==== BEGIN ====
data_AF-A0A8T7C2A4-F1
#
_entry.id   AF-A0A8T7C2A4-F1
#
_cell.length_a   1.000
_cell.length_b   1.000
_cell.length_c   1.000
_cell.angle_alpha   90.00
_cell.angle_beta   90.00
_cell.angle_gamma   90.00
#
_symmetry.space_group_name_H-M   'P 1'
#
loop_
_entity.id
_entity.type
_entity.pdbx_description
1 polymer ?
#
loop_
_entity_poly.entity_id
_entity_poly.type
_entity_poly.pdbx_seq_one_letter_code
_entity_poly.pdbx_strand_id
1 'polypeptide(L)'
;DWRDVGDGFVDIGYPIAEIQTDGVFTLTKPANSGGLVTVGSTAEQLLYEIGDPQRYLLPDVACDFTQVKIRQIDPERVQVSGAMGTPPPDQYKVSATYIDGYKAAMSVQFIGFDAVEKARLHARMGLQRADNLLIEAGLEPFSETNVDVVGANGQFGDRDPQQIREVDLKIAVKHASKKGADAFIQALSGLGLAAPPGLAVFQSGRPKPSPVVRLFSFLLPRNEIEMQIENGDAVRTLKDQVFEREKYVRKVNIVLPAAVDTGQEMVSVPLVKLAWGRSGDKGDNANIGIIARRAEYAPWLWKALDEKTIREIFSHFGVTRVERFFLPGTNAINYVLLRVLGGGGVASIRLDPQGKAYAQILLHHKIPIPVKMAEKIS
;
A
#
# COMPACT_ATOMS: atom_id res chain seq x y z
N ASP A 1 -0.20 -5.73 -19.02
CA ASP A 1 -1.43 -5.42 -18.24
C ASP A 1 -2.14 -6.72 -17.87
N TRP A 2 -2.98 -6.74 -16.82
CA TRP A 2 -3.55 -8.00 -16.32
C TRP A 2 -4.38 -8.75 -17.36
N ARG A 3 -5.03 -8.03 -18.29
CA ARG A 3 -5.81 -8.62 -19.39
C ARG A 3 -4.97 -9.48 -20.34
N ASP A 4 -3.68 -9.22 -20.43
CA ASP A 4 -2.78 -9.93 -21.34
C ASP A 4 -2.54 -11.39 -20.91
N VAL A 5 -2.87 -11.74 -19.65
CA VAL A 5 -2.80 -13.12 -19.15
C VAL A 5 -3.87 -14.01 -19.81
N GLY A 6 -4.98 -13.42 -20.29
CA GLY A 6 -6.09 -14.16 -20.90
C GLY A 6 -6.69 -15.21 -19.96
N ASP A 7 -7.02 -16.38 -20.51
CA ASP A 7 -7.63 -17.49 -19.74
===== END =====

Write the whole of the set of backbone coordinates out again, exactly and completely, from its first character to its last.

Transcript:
data_AF-A0A8T7C2A4-F1
#
_entry.id   AF-A0A8T7C2A4-F1
#
_cell.length_a   1.000
_cell.length_b   1.000
_cell.length_c   1.000
_cell.angle_alpha   90.00
_cell.angle_beta   90.00
_cell.angle_gamma   90.00
#
_symmetry.space_group_name_H-M   'P 1'
#
loop_
_entity.id
_entity.type
_entity.pdbx_description
1 polymer ?
#
loop_
_entity_poly.entity_id
_entity_poly.type
_entity_poly.pdbx_seq_one_letter_code
_entity_poly.pdbx_strand_id
1 'polypeptide(L)'
;DWRDVGDGFVDIGYPIAEIQTDGVFTLTKPANSGGLVTVGSTAEQLLYEIGDPQRYLLPDVACDFTQVKIRQIDPERVQVSGAMGTPPPDQYKVSATYIDGYKAAMSVQFIGFDAVEKARLHARMGLQRADNLLIEAGLEPFSETNVDVVGANGQFGDRDPQQIREVDLKIAVKHASKKGADAFIQALSGLGLAAPPGLAVFQSGRPKPSPVVRLFSFLLPRNEIEMQIENGDAVRTLKDQVFEREKYVRKVNIVLPAAVDTGQEMVSVPLVKLAWGRSGDKGDNANIGIIARRAEYAPWLWKALDEKTIREIFSHFGVTRVERFFLPGTNAINYVLLRVLGGGGVASIRLDPQGKAYAQILLHHKIPIPVKMAEKIS
;
A
#
# COMPACT_ATOMS: atom_id res chain seq x y z
N ASP A 1 -0.20 -5.73 -19.02
CA ASP A 1 -1.43 -5.42 -18.24
C ASP A 1 -2.14 -6.72 -17.87
N TRP A 2 -2.98 -6.74 -16.82
CA TRP A 2 -3.55 -8.00 -16.32
C TRP A 2 -4.38 -8.75 -17.36
N ARG A 3 -5.03 -8.03 -18.29
CA ARG A 3 -5.81 -8.62 -19.39
C ARG A 3 -4.97 -9.48 -20.34
N ASP A 4 -3.68 -9.22 -20.43
CA ASP A 4 -2.78 -9.93 -21.34
C ASP A 4 -2.54 -11.39 -20.91
N VAL A 5 -2.87 -11.74 -19.65
CA VAL A 5 -2.80 -13.12 -19.15
C VAL A 5 -3.87 -14.01 -19.81
N GLY A 6 -4.98 -13.42 -20.29
CA GLY A 6 -6.09 -14.16 -20.90
C GLY A 6 -6.69 -15.21 -19.96
N ASP A 7 -7.02 -16.38 -20.51
CA ASP A 7 -7.63 -17.49 -19.74